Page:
Real Estate: The Low End Rises
Among the homeowners who suffered during the years following the financial crash, those whose homes were in the bottom third of value had a really tough time of it.
Homeowners in the bottom third usually have household incomes in the lower tiers as well. When people of modest means see their single greatest source of future wealth (their homes) lose value, the psychological impact can be devastating. This is what economists call the “wealth effect” – and when people are feeling it in reverse, they lose confidence and pull back on spending.
This reversal of wealth effect was a big factor in keeping the economy from fully recovering, even after the worst of the recession was over.
However, things have turned around considerably in recent years, according to a new report from online real estate company Zillow –especially for homes in the bottom third.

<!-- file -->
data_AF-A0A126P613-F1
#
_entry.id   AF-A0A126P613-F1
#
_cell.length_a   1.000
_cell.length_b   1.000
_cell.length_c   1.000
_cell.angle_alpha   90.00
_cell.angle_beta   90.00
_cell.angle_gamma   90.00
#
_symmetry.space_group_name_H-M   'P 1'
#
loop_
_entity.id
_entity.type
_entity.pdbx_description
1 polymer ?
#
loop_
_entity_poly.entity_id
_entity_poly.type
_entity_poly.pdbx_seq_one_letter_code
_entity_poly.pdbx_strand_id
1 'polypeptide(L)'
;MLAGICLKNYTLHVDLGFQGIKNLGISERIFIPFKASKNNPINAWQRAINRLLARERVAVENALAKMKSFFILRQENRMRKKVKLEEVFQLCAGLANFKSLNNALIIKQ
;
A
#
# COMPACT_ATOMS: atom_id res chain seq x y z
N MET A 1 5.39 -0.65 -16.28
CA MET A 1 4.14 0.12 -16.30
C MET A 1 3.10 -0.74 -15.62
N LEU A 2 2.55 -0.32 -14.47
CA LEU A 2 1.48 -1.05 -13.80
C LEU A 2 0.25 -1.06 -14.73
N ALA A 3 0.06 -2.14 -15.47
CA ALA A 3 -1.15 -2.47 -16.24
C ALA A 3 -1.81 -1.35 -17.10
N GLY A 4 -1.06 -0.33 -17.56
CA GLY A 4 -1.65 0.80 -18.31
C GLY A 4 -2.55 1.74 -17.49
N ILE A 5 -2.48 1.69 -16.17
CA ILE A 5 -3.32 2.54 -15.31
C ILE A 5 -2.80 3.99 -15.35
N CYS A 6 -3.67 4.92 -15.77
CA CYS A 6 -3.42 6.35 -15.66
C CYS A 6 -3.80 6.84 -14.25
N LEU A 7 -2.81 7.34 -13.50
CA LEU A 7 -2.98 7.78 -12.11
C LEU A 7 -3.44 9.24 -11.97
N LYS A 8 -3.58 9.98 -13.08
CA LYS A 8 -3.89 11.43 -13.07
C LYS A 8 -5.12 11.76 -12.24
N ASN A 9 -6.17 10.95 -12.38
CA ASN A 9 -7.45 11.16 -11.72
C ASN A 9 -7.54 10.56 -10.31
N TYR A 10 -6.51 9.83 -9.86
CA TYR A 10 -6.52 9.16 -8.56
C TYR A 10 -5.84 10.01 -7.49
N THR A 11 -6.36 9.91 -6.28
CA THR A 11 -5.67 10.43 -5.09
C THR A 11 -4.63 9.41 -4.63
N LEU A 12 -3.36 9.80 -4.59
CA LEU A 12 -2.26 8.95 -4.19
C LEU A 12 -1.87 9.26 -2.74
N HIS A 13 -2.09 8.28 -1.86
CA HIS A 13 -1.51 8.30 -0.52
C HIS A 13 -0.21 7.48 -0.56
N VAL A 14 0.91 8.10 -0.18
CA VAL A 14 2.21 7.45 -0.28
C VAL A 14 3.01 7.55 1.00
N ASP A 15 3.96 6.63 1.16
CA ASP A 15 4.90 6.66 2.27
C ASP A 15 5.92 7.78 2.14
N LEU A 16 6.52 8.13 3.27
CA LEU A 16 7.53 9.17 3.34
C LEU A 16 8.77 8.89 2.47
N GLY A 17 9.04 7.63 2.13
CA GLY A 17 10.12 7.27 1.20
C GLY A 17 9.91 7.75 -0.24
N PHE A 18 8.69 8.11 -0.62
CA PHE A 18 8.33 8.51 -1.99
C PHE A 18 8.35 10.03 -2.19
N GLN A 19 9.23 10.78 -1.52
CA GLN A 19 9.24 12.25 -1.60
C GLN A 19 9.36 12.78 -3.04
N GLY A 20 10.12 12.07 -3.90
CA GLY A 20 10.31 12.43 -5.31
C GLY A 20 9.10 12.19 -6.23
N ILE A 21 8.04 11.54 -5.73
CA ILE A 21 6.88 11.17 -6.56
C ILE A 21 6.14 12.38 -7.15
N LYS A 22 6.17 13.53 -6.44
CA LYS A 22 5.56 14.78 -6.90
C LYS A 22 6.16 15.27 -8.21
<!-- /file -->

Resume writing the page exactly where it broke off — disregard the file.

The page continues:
A new report from Zillow finds that homes in the bottom third of home values had bottomed out in January 2012 with a median value of $84,100. By December 2014, however, they had bounced back to a median value of $101,400.
Home values in this category increased by a robust 6.6% last year. For 2015, Zillow is predicting that this will be cut in half, to around 3%. This isn’t too alarming, so long as the gains made during the last two years are held.
In fact, a slowing of price gains could very well encourage more young buyers into the market to form households, while discouraging investors somewhat. Zillow is predicting that the number of all-cash (investor) transactions will drop during the year, while millennials will overtake Generation X as the top home-buying generation in 2015.
The hope among industry observers is that millennials will be encouraged — by the combination of improving employment prospects and low mortgage rates — to take the plunge, and become homeowners this year.
Having fewer lower-priced homes in negative equity is helping to make more homes available for buyers. After all, it’s tough to sell your home when it’s worth less than you owe on it. But rising values have drastically reduced the number of homes in negative equity, leading to an increase in for-sale inventory in markets across the country.
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